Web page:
20 Learning accomplished through the process SCIE Guide states that staff directly involved in the case play an active role when using this model Quality of their engagement is linked to quality of understanding of practice and of learning gained But what of the impact of the process itself on learning outcomes and impact? A key learning point from the pilots is how the process itself becomes a powerful learning exercise for those involved The extent to which surprised us

21 Secured effective learning and change Participants were not waiting on a final report; learning was happening from the word go By the end some had reviewed their own practice, & revised their own knowledge Changes both for individual workers but also examples of ripple effect as they talk with their colleagues about the process and learning

22 Often learning gained was about each others agencies & roles about understandings e.g. misconceptions about other agencies, or clarity about what effective multi-agency working actually means in practice Nb. in pilots we didnt adequately capture this learning in the final reports

23 in relation to a domestic violence offence, for example, standard practice would be to fill in the paper work, and then refer to social care, and feel thats it. Being involved in this pilot has made me look at how I can support the social worker – its made me look at my own practice, not just referring and thinking thats it (Probation) Ive terms of the outcomes of the case review – now I always have in mind the garden path thing. Ive gone back to other cases and thought; actually, why am I working with this family? (social care) Comments from practitioners Its made me realise how little we really know about how each [agency] works (education psychologist)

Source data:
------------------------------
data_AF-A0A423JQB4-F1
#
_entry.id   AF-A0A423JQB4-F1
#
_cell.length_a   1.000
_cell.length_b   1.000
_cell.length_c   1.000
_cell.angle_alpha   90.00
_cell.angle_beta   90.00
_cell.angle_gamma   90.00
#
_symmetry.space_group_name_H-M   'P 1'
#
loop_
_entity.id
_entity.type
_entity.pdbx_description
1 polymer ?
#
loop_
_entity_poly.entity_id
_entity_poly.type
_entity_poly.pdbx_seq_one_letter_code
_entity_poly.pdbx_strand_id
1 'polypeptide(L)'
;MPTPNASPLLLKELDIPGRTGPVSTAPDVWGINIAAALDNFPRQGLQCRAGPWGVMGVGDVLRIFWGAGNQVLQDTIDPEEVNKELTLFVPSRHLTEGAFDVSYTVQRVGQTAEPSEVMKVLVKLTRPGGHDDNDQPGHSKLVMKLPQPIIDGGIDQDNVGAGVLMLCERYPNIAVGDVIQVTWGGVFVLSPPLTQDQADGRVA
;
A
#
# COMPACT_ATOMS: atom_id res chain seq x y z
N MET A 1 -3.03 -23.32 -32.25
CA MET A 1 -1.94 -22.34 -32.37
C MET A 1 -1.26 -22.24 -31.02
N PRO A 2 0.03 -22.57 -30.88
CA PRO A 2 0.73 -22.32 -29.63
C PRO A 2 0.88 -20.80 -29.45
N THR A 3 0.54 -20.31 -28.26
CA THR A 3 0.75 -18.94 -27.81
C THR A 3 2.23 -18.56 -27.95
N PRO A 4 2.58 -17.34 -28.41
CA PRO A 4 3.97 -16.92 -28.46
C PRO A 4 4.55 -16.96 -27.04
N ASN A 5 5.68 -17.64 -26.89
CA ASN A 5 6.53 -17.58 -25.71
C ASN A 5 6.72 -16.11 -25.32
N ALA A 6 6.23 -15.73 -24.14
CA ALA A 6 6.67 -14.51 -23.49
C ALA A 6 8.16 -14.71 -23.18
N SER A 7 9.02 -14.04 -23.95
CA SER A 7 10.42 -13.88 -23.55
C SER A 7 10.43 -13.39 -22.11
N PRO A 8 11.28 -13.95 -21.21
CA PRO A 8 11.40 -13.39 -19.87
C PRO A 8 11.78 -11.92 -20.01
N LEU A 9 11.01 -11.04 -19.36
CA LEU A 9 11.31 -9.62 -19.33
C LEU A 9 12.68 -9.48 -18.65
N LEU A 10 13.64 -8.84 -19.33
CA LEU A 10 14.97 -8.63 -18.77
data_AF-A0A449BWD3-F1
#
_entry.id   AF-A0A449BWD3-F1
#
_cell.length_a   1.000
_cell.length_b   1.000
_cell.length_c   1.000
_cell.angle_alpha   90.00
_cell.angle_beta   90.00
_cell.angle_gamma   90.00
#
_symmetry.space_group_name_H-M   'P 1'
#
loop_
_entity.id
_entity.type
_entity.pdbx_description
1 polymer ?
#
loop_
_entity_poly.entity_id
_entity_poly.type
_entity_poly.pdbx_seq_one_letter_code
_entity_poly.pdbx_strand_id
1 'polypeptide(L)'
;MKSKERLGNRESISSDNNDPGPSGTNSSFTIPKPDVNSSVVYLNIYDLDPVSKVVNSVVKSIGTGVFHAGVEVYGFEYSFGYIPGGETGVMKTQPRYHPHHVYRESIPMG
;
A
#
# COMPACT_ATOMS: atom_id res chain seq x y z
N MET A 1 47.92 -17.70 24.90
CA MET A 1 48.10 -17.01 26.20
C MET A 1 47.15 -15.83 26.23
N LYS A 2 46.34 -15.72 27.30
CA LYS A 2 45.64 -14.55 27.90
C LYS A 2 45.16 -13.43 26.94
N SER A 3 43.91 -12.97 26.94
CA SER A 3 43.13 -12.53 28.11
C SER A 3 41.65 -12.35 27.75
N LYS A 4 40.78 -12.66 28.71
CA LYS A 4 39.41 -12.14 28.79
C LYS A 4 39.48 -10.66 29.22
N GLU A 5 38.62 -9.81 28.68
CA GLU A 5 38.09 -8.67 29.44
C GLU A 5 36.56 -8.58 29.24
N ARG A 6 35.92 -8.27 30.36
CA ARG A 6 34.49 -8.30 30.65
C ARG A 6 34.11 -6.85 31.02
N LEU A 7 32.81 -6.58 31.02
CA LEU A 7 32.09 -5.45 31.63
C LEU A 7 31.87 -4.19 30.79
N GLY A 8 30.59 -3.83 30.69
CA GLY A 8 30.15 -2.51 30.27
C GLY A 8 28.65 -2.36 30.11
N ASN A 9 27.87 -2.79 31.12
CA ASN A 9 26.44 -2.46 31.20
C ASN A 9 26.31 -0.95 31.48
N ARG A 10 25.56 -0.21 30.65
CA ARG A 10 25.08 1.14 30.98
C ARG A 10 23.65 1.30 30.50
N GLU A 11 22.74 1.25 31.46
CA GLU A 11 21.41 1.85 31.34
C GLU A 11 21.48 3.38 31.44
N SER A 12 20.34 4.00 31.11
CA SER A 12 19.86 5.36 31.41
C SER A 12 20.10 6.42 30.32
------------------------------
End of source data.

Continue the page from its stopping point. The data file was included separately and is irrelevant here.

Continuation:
24 What supported the attainment of those learning outcomes?

25 1. Data collection methods – individual conversations Distinguishing features of the individual conversations: Start by letting the staff member tell their story in their way Probe further to understand how they were seeing the world Identify any key episodes Explore what was influencing them as workers, using list of contributory factors